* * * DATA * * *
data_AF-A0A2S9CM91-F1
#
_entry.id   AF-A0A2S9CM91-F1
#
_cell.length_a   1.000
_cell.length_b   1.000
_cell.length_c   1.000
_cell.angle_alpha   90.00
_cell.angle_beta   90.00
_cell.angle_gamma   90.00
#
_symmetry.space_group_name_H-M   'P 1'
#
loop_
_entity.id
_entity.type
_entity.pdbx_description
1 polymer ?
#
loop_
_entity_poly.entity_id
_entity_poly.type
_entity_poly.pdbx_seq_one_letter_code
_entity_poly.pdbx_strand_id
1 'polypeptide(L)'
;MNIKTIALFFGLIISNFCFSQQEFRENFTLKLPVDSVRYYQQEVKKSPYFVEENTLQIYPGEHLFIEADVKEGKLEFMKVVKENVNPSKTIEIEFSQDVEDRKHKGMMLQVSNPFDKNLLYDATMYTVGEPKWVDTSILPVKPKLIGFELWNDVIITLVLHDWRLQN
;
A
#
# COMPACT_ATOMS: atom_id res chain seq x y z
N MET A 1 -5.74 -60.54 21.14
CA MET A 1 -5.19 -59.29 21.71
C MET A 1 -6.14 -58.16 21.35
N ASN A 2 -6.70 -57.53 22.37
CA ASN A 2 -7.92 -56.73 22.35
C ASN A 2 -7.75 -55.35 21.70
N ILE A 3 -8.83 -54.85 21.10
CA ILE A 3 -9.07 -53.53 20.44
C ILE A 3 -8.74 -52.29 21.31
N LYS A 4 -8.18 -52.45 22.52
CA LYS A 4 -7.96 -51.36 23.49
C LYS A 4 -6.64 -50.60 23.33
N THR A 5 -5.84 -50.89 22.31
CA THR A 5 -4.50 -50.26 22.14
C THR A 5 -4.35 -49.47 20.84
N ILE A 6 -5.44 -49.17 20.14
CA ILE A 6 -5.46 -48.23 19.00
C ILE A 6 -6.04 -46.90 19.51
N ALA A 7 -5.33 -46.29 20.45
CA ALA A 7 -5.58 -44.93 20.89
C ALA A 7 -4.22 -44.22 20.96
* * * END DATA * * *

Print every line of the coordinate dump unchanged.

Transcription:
data_AF-A0A2S9CM91-F1
#
_entry.id   AF-A0A2S9CM91-F1
#
_cell.length_a   1.000
_cell.length_b   1.000
_cell.length_c   1.000
_cell.angle_alpha   90.00
_cell.angle_beta   90.00
_cell.angle_gamma   90.00
#
_symmetry.space_group_name_H-M   'P 1'
#
loop_
_entity.id
_entity.type
_entity.pdbx_description
1 polymer ?
#
loop_
_entity_poly.entity_id
_entity_poly.type
_entity_poly.pdbx_seq_one_letter_code
_entity_poly.pdbx_strand_id
1 'polypeptide(L)'
;MNIKTIALFFGLIISNFCFSQQEFRENFTLKLPVDSVRYYQQEVKKSPYFVEENTLQIYPGEHLFIEADVKEGKLEFMKVVKENVNPSKTIEIEFSQDVEDRKHKGMMLQVSNPFDKNLLYDATMYTVGEPKWVDTSILPVKPKLIGFELWNDVIITLVLHDWRLQN
;
A
#
# COMPACT_ATOMS: atom_id res chain seq x y z
N MET A 1 -5.74 -60.54 21.14
CA MET A 1 -5.19 -59.29 21.71
C MET A 1 -6.14 -58.16 21.35
N ASN A 2 -6.70 -57.53 22.37
CA ASN A 2 -7.92 -56.73 22.35
C ASN A 2 -7.75 -55.35 21.70
N ILE A 3 -8.83 -54.85 21.10
CA ILE A 3 -9.07 -53.53 20.44
C ILE A 3 -8.74 -52.29 21.31
N LYS A 4 -8.18 -52.45 22.52
CA LYS A 4 -7.96 -51.36 23.49
C LYS A 4 -6.64 -50.60 23.33
N THR A 5 -5.84 -50.89 22.31
CA THR A 5 -4.50 -50.26 22.14
C THR A 5 -4.35 -49.47 20.84
N ILE A 6 -5.44 -49.17 20.14
CA ILE A 6 -5.46 -48.23 19.00
C ILE A 6 -6.04 -46.90 19.51
N ALA A 7 -5.33 -46.29 20.45
CA ALA A 7 -5.58 -44.93 20.89
C ALA A 7 -4.22 -44.22 20.96